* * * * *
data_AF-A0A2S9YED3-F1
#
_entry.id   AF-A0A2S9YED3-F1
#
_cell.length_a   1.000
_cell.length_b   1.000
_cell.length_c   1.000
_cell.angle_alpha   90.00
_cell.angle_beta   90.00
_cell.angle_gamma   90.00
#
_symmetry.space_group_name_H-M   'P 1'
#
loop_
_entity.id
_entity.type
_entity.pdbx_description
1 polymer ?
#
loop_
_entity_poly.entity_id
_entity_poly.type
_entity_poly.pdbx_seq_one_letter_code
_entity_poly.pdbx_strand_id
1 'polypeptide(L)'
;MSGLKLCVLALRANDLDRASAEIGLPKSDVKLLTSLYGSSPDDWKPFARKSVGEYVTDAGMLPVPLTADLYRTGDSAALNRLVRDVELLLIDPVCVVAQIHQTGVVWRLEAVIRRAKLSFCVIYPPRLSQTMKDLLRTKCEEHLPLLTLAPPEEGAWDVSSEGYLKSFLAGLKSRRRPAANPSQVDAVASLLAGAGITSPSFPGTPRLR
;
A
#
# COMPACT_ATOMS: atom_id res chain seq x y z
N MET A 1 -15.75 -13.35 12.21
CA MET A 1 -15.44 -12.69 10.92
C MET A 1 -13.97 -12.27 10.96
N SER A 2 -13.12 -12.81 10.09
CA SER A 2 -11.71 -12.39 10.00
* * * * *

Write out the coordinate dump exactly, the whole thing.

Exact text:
data_AF-A0A2S9YED3-F1
#
_entry.id   AF-A0A2S9YED3-F1
#
_cell.length_a   1.000
_cell.length_b   1.000
_cell.length_c   1.000
_cell.angle_alpha   90.00
_cell.angle_beta   90.00
_cell.angle_gamma   90.00
#
_symmetry.space_group_name_H-M   'P 1'
#
loop_
_entity.id
_entity.type
_entity.pdbx_description
1 polymer ?
#
loop_
_entity_poly.entity_id
_entity_poly.type
_entity_poly.pdbx_seq_one_letter_code
_entity_poly.pdbx_strand_id
1 'polypeptide(L)'
;MSGLKLCVLALRANDLDRASAEIGLPKSDVKLLTSLYGSSPDDWKPFARKSVGEYVTDAGMLPVPLTADLYRTGDSAALNRLVRDVELLLIDPVCVVAQIHQTGVVWRLEAVIRRAKLSFCVIYPPRLSQTMKDLLRTKCEEHLPLLTLAPPEEGAWDVSSEGYLKSFLAGLKSRRRPAANPSQVDAVASLLAGAGITSPSFPGTPRLR
;
A
#
# COMPACT_ATOMS: atom_id res chain seq x y z
N MET A 1 -15.75 -13.35 12.21
CA MET A 1 -15.44 -12.69 10.92
C MET A 1 -13.97 -12.27 10.96
N SER A 2 -13.12 -12.81 10.09
CA SER A 2 -11.71 -12.39 10.00